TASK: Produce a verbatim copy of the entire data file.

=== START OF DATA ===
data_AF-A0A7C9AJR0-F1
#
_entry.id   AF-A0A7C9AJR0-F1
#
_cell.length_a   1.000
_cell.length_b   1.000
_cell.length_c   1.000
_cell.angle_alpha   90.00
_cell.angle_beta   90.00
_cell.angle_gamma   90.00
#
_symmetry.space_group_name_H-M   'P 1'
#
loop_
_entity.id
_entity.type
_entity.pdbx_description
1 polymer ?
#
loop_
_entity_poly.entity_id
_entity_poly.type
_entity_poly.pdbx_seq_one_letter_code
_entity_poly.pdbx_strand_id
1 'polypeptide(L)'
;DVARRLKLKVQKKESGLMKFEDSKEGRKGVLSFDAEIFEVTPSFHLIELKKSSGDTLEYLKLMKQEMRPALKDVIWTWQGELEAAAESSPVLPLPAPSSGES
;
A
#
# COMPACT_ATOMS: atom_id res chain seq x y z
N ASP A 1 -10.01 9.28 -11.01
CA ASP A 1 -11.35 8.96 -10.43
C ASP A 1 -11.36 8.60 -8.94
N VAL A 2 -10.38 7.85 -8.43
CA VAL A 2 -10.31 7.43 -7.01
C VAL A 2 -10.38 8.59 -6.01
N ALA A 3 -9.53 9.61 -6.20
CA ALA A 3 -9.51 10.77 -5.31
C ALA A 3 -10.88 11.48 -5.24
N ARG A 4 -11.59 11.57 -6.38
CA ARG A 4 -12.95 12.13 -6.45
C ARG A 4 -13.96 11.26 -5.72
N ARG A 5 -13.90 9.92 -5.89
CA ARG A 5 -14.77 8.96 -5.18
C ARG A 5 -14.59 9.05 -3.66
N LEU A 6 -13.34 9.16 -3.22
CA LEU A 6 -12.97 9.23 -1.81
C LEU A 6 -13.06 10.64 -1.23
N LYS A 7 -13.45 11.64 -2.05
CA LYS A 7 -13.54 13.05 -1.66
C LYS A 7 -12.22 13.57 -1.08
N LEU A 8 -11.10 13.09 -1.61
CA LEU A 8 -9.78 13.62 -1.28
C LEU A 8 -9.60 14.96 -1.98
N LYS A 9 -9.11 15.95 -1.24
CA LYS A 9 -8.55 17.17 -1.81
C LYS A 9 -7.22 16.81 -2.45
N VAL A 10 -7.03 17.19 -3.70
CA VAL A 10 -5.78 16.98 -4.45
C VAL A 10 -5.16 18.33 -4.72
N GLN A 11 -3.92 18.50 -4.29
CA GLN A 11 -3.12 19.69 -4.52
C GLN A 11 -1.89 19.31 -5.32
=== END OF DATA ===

data_AF-A0A7C9AJR0-F1
#
_entry.id   AF-A0A7C9AJR0-F1
#
_cell.length_a   1.000
_cell.length_b   1.000
_cell.length_c   1.000
_cell.angle_alpha   90.00
_cell.angle_beta   90.00
_cell.angle_gamma   90.00
#
_symmetry.space_group_name_H-M   'P 1'
#
loop_
_entity.id
_entity.type
_entity.pdbx_description
1 polymer ?
#
loop_
_entity_poly.entity_id
_entity_poly.type
_entity_poly.pdbx_seq_one_letter_code
_entity_poly.pdbx_strand_id
1 'polypeptide(L)'
;DVARRLKLKVQKKESGLMKFEDSKEGRKGVLSFDAEIFEVTPSFHLIELKKSSGDTLEYLKLMKQEMRPALKDVIWTWQGELEAAAESSPVLPLPAPSSGES
;
A
#
# COMPACT_ATOMS: atom_id res chain seq x y z
N ASP A 1 -10.01 9.28 -11.01
CA ASP A 1 -11.35 8.96 -10.43
C ASP A 1 -11.36 8.60 -8.94
N VAL A 2 -10.38 7.85 -8.43
CA VAL A 2 -10.31 7.43 -7.01
C VAL A 2 -10.38 8.59 -6.01
N ALA A 3 -9.53 9.61 -6.20
CA ALA A 3 -9.51 10.77 -5.31
C ALA A 3 -10.88 11.48 -5.24
N ARG A 4 -11.59 11.57 -6.38
CA ARG A 4 -12.95 12.13 -6.45
C ARG A 4 -13.96 11.26 -5.72
N ARG A 5 -13.90 9.92 -5.89
CA ARG A 5 -14.77 8.96 -5.18
C ARG A 5 -14.59 9.05 -3.66
N LEU A 6 -13.34 9.16 -3.22
CA LEU A 6 -12.97 9.23 -1.81
C LEU A 6 -13.06 10.64 -1.23
N LYS A 7 -13.45 11.64 -2.05
CA LYS A 7 -13.54 13.05 -1.66
C LYS A 7 -12.22 13.57 -1.08
N LEU A 8 -11.10 13.09 -1.61
CA LEU A 8 -9.78 13.62 -1.28
C LEU A 8 -9.60 14.96 -1.98
N LYS A 9 -9.11 15.95 -1.24
CA LYS A 9 -8.55 17.17 -1.81
C LYS A 9 -7.22 16.81 -2.45
N VAL A 10 -7.03 17.19 -3.70
CA VAL A 10 -5.78 16.98 -4.45
C VAL A 10 -5.16 18.33 -4.72
N GLN A 11 -3.92 18.50 -4.29
CA GLN A 11 -3.12 19.69 -4.52
C GLN A 11 -1.89 19.31 -5.32